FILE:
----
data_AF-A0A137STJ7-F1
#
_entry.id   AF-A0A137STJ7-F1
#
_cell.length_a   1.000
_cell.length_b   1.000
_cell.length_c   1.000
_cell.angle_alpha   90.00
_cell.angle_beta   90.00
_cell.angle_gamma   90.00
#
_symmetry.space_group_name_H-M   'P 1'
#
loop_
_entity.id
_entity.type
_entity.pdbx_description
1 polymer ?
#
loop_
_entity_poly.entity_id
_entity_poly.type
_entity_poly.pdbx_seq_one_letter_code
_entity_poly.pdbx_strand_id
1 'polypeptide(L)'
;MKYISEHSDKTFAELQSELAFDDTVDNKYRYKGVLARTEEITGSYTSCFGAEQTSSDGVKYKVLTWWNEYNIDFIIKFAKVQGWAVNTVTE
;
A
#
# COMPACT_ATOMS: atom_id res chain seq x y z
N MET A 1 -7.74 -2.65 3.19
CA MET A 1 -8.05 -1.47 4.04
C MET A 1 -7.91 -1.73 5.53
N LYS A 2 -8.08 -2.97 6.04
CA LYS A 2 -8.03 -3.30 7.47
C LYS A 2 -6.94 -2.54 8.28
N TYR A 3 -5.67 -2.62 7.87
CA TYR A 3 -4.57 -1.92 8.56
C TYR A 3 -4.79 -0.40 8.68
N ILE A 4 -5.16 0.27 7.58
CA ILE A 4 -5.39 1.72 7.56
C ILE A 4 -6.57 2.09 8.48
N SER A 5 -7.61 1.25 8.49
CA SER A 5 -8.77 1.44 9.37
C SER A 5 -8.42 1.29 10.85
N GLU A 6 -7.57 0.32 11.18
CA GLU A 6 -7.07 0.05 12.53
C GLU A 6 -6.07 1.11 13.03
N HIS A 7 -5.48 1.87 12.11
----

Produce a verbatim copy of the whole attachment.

data_AF-A0A137STJ7-F1
#
_entry.id   AF-A0A137STJ7-F1
#
_cell.length_a   1.000
_cell.length_b   1.000
_cell.length_c   1.000
_cell.angle_alpha   90.00
_cell.angle_beta   90.00
_cell.angle_gamma   90.00
#
_symmetry.space_group_name_H-M   'P 1'
#
loop_
_entity.id
_entity.type
_entity.pdbx_description
1 polymer ?
#
loop_
_entity_poly.entity_id
_entity_poly.type
_entity_poly.pdbx_seq_one_letter_code
_entity_poly.pdbx_strand_id
1 'polypeptide(L)'
;MKYISEHSDKTFAELQSELAFDDTVDNKYRYKGVLARTEEITGSYTSCFGAEQTSSDGVKYKVLTWWNEYNIDFIIKFAKVQGWAVNTVTE
;
A
#
# COMPACT_ATOMS: atom_id res chain seq x y z
N MET A 1 -7.74 -2.65 3.19
CA MET A 1 -8.05 -1.47 4.04
C MET A 1 -7.91 -1.73 5.53
N LYS A 2 -8.08 -2.97 6.04
CA LYS A 2 -8.03 -3.30 7.47
C LYS A 2 -6.94 -2.54 8.28
N TYR A 3 -5.67 -2.62 7.87
CA TYR A 3 -4.57 -1.92 8.56
C TYR A 3 -4.79 -0.40 8.68
N ILE A 4 -5.16 0.27 7.58
CA ILE A 4 -5.39 1.72 7.56
C ILE A 4 -6.57 2.09 8.48
N SER A 5 -7.61 1.25 8.49
CA SER A 5 -8.77 1.44 9.37
C SER A 5 -8.42 1.29 10.85
N GLU A 6 -7.57 0.32 11.18
CA GLU A 6 -7.07 0.05 12.53
C GLU A 6 -6.07 1.11 13.03
N HIS A 7 -5.48 1.87 12.11